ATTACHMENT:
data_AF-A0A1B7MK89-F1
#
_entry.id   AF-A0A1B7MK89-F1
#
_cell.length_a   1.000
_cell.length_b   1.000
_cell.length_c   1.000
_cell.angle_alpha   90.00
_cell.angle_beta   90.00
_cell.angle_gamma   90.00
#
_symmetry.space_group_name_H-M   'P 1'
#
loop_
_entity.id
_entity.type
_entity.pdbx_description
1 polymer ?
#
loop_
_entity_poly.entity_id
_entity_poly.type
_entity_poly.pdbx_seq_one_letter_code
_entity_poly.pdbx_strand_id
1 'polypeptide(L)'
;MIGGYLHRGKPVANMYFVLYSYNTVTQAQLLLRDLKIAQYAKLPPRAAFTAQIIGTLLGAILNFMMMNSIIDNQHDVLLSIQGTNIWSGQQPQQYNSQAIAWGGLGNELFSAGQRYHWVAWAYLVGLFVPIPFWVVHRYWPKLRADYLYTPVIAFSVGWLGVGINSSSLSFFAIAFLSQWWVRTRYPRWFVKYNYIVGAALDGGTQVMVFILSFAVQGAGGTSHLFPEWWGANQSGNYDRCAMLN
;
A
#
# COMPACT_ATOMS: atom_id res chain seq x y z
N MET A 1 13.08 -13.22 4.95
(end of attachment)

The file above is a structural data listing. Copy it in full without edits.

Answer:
data_AF-A0A1B7MK89-F1
#
_entry.id   AF-A0A1B7MK89-F1
#
_cell.length_a   1.000
_cell.length_b   1.000
_cell.length_c   1.000
_cell.angle_alpha   90.00
_cell.angle_beta   90.00
_cell.angle_gamma   90.00
#
_symmetry.space_group_name_H-M   'P 1'
#
loop_
_entity.id
_entity.type
_entity.pdbx_description
1 polymer ?
#
loop_
_entity_poly.entity_id
_entity_poly.type
_entity_poly.pdbx_seq_one_letter_code
_entity_poly.pdbx_strand_id
1 'polypeptide(L)'
;MIGGYLHRGKPVANMYFVLYSYNTVTQAQLLLRDLKIAQYAKLPPRAAFTAQIIGTLLGAILNFMMMNSIIDNQHDVLLSIQGTNIWSGQQPQQYNSQAIAWGGLGNELFSAGQRYHWVAWAYLVGLFVPIPFWVVHRYWPKLRADYLYTPVIAFSVGWLGVGINSSSLSFFAIAFLSQWWVRTRYPRWFVKYNYIVGAALDGGTQVMVFILSFAVQGAGGTSHLFPEWWGANQSGNYDRCAMLN
;
A
#
# COMPACT_ATOMS: atom_id res chain seq x y z
N MET A 1 13.08 -13.22 4.95